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Tuesday, 20 September 2011

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Mike- many of these same photos and many others from WWll can be seen at Shorpy Vintage Photographs at www.shorpy.com

I make a habit of delving into the Library of Congress online archive - there are very large scans on there of Civil War photographs, OWI WWII photographs, New Deal posters, turn of the century baseball players, the list is endless. The scans are often dirty and not the sharpest but very nice prints (of the public domain work, of course, which is most of the interesting material anyway) can be made with a bit of work in Photoshop.

http://www.loc.gov/pictures/related/?q=Palmer%2C%20Alfred%20T.&fi=names&co=fsac

One of the easier ways to access Palmer's wartime photos on the LoC website. All are, I believe, images in the public domain (being owned by the federal government).

I wonder who the gentleman in the background is?

I can't say how much I love the color palette of those pictures. Try as I might to find a lightroom action, I can't.

Thanks for posting this. Amazing photography. Interesting to see all of the factory workers without eye and ear protection. Maybe people were more robust back then.

Is this from the same source that see at Shorpy's ?
http://www.shorpy.com/image/tid/179

I agree with Jason. You can't fake that color. I'm really taken with the lighting in a lot of these...that gunner for one...the overall "even-ness" and range of tones is real and attractive in ways we only attempt with the digital cameras and intelligent lighting we use today.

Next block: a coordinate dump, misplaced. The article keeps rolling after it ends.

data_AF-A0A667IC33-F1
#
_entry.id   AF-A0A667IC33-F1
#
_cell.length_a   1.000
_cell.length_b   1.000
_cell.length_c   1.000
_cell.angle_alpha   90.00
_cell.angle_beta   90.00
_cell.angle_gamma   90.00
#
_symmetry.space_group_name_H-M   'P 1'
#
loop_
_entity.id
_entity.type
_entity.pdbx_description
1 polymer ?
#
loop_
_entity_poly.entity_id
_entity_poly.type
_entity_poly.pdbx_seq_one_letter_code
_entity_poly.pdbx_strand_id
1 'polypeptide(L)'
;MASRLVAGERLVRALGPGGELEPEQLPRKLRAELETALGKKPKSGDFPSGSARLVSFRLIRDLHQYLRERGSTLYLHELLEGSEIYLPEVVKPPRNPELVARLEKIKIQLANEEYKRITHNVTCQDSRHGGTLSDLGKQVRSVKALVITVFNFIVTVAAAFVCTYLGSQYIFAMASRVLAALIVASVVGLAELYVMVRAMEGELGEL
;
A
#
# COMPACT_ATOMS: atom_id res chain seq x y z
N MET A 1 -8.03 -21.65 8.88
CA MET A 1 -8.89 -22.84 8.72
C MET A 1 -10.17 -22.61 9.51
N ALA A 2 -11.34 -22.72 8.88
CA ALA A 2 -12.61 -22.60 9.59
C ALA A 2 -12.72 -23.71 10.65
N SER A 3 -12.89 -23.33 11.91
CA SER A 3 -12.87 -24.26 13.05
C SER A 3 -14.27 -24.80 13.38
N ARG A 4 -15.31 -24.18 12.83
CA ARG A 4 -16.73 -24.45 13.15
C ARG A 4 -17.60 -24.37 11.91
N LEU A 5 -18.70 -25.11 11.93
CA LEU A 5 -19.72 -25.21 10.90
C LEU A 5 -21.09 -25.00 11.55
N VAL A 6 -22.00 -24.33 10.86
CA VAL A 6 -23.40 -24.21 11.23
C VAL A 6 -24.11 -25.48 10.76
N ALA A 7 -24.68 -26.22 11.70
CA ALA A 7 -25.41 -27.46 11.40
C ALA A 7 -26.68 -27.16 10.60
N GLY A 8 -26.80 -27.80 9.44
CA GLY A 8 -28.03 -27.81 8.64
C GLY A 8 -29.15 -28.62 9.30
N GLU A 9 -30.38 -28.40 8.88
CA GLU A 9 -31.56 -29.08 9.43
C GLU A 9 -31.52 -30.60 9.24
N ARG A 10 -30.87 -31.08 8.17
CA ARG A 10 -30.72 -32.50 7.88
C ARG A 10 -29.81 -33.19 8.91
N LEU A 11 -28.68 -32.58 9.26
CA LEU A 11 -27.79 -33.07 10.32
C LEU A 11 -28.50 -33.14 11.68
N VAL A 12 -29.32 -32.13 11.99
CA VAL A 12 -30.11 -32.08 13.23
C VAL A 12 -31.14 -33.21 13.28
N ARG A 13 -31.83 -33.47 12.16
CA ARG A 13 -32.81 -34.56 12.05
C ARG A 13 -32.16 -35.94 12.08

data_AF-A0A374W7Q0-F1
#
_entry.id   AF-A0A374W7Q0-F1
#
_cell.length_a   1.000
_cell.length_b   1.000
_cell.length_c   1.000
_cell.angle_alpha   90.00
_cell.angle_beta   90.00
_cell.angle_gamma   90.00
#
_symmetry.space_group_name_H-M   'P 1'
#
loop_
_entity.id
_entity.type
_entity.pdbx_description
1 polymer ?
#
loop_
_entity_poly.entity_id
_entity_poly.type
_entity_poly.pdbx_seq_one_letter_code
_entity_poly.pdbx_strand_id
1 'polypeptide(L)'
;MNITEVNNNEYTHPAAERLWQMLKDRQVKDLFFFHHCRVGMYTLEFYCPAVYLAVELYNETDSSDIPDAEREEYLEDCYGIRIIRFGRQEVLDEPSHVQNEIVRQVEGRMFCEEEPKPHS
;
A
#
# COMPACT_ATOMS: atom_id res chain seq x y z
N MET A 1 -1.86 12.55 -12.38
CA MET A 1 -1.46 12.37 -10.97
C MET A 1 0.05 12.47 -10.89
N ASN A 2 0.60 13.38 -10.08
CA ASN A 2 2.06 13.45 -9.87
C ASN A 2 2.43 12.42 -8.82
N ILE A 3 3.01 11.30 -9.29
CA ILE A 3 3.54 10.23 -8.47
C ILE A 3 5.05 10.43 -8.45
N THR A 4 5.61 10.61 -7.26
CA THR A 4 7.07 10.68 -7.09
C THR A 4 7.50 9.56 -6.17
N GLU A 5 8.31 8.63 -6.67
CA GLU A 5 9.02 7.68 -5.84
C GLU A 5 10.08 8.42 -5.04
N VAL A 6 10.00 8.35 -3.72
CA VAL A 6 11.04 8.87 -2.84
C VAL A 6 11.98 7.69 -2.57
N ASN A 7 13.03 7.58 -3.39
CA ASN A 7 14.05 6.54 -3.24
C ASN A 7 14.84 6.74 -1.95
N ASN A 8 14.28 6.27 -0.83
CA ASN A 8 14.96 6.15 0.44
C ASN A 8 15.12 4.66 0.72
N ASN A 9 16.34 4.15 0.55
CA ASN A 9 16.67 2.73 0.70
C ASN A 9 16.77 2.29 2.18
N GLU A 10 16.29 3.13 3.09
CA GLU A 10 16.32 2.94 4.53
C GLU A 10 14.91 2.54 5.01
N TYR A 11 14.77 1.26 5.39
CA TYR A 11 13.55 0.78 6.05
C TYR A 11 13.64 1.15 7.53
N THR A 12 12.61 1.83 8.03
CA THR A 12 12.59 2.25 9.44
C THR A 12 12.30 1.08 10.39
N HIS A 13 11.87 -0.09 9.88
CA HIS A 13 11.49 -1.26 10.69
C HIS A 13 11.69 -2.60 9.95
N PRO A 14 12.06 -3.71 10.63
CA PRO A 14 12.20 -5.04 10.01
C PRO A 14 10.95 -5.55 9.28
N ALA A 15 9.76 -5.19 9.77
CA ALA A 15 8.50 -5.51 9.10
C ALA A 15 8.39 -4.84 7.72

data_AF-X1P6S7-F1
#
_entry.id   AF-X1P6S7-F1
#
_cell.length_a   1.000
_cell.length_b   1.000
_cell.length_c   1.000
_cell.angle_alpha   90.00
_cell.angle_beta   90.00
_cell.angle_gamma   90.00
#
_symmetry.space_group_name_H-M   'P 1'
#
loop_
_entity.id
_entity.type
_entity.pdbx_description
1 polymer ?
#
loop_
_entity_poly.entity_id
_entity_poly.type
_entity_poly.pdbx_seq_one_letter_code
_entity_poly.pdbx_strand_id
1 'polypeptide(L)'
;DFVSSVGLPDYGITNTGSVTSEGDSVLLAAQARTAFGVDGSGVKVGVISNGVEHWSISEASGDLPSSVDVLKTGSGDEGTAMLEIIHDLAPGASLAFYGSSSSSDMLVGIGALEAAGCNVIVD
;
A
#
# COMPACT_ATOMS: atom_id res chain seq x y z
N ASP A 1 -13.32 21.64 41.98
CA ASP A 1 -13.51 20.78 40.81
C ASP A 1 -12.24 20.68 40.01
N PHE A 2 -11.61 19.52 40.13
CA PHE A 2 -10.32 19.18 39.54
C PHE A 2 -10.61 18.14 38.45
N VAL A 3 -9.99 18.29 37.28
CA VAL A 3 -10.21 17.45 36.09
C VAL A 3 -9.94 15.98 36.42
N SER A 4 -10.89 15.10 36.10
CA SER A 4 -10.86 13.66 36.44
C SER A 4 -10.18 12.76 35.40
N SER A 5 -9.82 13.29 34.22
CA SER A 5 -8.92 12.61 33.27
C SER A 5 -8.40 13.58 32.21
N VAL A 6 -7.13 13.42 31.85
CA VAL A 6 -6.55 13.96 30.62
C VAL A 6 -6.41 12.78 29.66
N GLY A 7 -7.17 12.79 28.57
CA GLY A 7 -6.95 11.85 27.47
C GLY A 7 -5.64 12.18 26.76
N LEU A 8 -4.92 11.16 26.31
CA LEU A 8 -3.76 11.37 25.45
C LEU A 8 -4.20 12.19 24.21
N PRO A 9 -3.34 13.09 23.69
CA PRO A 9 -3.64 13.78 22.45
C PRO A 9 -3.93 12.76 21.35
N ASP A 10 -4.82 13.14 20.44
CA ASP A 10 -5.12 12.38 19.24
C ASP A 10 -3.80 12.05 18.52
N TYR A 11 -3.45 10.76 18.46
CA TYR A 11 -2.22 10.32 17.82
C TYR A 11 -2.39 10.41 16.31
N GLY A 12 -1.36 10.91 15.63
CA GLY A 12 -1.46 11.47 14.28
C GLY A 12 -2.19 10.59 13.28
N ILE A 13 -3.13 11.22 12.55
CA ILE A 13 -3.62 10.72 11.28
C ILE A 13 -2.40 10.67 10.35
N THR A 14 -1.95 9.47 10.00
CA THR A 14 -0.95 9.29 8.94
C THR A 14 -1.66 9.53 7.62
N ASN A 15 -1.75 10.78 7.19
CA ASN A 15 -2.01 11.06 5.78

(...must have been the Cteins of the day at work there).

Dear Marty,

You flatter excessively. Studio lighting was NEVER something I mastered. I read the books, I talked to the experts. It wasn't complicated. I just couldn't retain it.

Even lighting? That I can do. This kind of lighting with just the right amount of fill and key and highlight and all that fine stuff?

I wish.

I've always said I much preferred natural, available light/darkness, but I've also always wondered how much of that was because I could never grok the artificial stuff.

Probably more than I admit.

pax / Ctein

This is one of the pictures I like very much -- it is the 4x5 picture when you search for kodachrome when it was ended.

It is so sharp and so real, even though you may say that the color scheme is a bit unusual.

Just great picture.

Thanks very much for this call-out, Mike. I've not been following this series and it's a dandy. We see so relatively few color images from this period that it's a bit eerie when we see such a contiguous body, particularly the "candids".

Just off the top of my head, without looking into it at all, I'm going to guess these were 8x10 Kodachromes. I don't believe Kodachrome was ever made in 4x5 size and I know it was made in 8x10 size. I could be wrong!

Mike

Ctein...I was connecting your work with that of some long-ago photographers that seem to have taken their work seriously and *understood* the factors that went into a great image. Seriously was anything at all automated in the WWII era of image making?
I'm actually red in the face as I try to avoid flattery.

Great PHOTO. It really tells alot of stories.

http://www.shorpy.com/image/tid/179

I was also thinking about 4x5 off my head as it is one of my favourite picture. See the above link and google 4x5 kodachrome. Not 100% sure but it is likely thtat there is 4x5 kodachrome and this is one of them.

I believe it was 4x5 format.
The iso was apparently rated @ 8 for large format Kodachrome.

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